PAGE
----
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Tellyland's new age bahus

One is temperamental and impulsive; the other is strong and poised. Meet the two new bahus of TV land, who resolutely refuse to sob into their handkerchiefs every night on prime time.

tv Updated: Jul 10, 2010 17:00 IST
Tavishi Paitandy Rastogi

She is temperamental, inconsiderate and in her own words, “a complete misfit” in the family she married into.

But Suhana, the youngest bahu in the serial Sasural Genda Phool on Star Plus, couldn’t care less. Her in-laws also seem to accept her the way she is. Suhana’s bhabhis aren’t scheming. Her mother-in-law is not a shrew. There are no kitchen politics at play in the household. And the men of the family are more than props.

Who’s that girl?
It’s a welcome change. Because for once, there’s a bahu who is a real person. Inconsiderate but not insensitive. Self-centered but not selfish.

Ragini Khanna"She is a regular modern girl," says Ragini Khanna, the actress who plays Suhana. "And thankfully, she is married into a family which though traditional, isn’t the conniving, bride-beating sort. It’s a happy family, unlike others on TV. There are tiffs and misunderstandings but no one has a ‘killer’ instinct."

Surprisingly, this ‘different’ bahu has become quite a favourite with the audience. “I have never got negative feedback about Suhana,” says Ragini. “Even older people who you think will not appreciate Suhana’s attitude have stopped me and said, ‘Tu smile bahut achcha karti hai’. They pat me on my head and leave. It’s really funny.”

It’s funny not because it’s a joke, but because conventional wisdom has it that a TV bahu must be a sort of weeping machine. But, as Ragini says, “I don’t think audiences have a problem with bindaas bahus. It’s the serial makers who have a problem. Most people just want good stories and entertainment. And they’re tired of all the rona-dhona you see in conventional soaps.”

But the actress and the character she plays are not alike at all. Though both have a sense of fun, Ragini believes that Suhana is far more immature than she is. “Even I get irritated by her attitude at times,” she laughs.

Plus, it hasn’t been easy for the actress to get into Suhana mode. Ragini’s last role on TV was in the serial Bhaskar Bharti, where she played Bhaskar, a man who turns into a woman, Bharti.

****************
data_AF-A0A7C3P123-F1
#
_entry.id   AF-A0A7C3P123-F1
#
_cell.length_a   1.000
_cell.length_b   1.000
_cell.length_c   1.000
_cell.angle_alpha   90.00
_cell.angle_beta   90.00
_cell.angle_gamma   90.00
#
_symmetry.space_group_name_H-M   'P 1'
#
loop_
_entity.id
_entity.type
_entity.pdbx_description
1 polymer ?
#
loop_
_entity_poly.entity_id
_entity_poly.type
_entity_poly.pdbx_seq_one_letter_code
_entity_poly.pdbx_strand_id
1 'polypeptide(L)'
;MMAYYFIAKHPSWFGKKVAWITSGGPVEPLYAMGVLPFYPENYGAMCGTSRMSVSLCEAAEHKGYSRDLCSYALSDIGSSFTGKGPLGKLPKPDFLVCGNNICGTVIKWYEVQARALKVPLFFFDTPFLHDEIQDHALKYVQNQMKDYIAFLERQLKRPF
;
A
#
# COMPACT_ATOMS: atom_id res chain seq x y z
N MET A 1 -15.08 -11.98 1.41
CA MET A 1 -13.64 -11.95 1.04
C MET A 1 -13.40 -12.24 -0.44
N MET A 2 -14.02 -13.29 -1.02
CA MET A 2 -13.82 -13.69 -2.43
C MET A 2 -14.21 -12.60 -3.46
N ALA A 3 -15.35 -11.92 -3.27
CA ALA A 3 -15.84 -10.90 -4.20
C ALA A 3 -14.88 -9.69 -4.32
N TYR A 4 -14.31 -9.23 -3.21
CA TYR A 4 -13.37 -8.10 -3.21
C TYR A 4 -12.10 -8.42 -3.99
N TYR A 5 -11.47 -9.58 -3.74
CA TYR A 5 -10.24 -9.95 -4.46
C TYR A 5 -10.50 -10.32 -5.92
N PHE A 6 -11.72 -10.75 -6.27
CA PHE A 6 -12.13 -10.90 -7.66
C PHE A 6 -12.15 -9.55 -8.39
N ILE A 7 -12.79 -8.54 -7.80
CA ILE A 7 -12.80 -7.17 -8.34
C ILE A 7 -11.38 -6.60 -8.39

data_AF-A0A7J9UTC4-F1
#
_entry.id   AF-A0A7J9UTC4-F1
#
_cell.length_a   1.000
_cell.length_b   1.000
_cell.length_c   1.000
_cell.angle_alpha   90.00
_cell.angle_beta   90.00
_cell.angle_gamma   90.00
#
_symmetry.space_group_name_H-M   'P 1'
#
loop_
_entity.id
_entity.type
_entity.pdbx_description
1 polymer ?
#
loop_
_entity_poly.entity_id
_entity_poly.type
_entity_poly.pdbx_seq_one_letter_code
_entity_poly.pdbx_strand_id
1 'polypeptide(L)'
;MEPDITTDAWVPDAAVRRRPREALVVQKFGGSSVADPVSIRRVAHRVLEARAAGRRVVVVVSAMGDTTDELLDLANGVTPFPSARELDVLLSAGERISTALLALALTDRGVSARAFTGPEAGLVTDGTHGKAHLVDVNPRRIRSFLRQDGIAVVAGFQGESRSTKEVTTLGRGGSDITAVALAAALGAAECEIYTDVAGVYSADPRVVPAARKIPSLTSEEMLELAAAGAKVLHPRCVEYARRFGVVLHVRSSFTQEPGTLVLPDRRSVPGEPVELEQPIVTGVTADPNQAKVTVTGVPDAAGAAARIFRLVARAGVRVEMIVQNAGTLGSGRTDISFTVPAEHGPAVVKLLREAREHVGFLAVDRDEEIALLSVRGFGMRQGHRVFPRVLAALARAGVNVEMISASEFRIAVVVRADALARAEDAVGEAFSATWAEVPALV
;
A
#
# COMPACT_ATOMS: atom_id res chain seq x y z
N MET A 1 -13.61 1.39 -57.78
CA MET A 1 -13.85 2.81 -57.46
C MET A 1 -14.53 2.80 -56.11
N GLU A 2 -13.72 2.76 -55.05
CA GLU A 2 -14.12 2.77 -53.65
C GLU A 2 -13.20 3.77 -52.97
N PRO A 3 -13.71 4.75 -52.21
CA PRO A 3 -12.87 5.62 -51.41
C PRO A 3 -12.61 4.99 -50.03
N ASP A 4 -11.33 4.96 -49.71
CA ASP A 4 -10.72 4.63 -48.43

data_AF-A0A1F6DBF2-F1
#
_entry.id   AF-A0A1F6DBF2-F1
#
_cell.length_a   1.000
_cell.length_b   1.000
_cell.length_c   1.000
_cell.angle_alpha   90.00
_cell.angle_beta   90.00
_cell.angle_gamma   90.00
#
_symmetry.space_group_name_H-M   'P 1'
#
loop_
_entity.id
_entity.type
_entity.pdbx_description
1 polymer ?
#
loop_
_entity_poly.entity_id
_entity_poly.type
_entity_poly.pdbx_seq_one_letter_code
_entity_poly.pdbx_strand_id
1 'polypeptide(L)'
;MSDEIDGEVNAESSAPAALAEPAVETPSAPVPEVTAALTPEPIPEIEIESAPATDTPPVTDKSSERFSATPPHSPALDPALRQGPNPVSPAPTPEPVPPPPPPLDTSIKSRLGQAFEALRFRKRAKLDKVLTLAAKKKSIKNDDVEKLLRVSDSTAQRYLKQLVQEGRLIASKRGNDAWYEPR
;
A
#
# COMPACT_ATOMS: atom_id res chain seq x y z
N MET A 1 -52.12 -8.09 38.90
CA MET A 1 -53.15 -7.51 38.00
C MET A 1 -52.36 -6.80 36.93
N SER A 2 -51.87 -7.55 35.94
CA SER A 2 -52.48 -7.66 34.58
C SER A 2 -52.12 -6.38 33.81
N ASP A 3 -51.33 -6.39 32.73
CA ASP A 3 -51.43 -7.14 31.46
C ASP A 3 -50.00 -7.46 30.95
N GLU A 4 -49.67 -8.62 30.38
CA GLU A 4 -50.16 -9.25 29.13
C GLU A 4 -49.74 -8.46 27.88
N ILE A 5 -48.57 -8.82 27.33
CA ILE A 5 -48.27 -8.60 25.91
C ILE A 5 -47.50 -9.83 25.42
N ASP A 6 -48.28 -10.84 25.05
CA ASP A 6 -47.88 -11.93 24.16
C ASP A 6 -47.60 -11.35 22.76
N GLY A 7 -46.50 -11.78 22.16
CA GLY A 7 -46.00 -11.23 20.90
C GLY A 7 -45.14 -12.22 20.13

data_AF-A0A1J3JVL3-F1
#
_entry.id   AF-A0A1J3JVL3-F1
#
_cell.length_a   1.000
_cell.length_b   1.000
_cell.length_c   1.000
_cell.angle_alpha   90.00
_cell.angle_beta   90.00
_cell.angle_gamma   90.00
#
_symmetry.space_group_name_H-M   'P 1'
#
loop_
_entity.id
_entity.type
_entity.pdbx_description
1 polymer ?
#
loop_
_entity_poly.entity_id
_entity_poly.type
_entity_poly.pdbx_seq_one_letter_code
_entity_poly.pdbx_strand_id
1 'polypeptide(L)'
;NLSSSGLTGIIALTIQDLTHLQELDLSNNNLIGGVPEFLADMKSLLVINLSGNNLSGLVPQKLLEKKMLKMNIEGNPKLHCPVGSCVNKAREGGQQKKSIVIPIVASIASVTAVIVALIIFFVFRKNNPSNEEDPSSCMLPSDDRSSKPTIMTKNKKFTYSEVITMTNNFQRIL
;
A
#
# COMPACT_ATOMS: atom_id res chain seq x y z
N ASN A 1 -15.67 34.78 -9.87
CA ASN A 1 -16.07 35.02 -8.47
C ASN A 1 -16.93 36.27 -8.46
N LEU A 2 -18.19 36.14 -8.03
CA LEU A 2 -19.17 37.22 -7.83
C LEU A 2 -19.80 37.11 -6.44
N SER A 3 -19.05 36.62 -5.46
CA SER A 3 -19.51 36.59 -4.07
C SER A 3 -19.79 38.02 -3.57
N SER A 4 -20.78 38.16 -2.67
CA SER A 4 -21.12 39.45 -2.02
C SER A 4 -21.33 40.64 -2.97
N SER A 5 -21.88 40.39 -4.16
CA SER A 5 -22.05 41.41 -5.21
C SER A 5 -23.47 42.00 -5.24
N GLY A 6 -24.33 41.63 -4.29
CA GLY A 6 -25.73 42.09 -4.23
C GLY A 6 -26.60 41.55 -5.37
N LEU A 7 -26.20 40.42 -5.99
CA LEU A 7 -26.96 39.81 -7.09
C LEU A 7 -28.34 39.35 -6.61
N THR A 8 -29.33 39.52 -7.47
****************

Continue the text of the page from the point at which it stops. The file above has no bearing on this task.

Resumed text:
Having played a man for ages, shifting character to an immature young woman was not easy for Ragini to pull off.

“For nearly 10 months, I was walking, talking and behaving like a man,” she says. “I almost forgot myself; forgot how to be a girl. So it was tough. Besides, the sudden closure of Bhaskar Bharti left me devastated.”

So she refused nearly 30 serial offers till she met Ravi Ojha, director of Sasural…, and heard the script. “When I heard the story, it just clicked,” she smiles.

Is there any chance that Sasural Genda Phool will take a more melodramatic turn, reducing the now happy family into a bunch of TV cut-outs?

“If such a thing happens, I think the serial will flop,” says Ragini. “I’ve experienced that with Bhaskar Bharti. The minute we changed it to the typical soap, the TRPs dropped. I think the audience hates unnatural changes.”

Screen play
Ragini is actor Govinda’s niece, but though she was always interested in the performing arts and trained in classical singing and dance, acting wasn’t what she wanted to do.

“All my cousins would go to Chi Chi mama (Govinda) for advice, but I never did,” she says. “I was never interested in acting. Bollywood dancing is the maximum I would agree to learn.”

But the offer for her first serial, Radha Ki Betiyaan, where she played the second daughter, just fell into her lap. Then there was Bhaskar Bharti and now there’s Sasural. Life, she says, has been completely unplanned but it’s been great.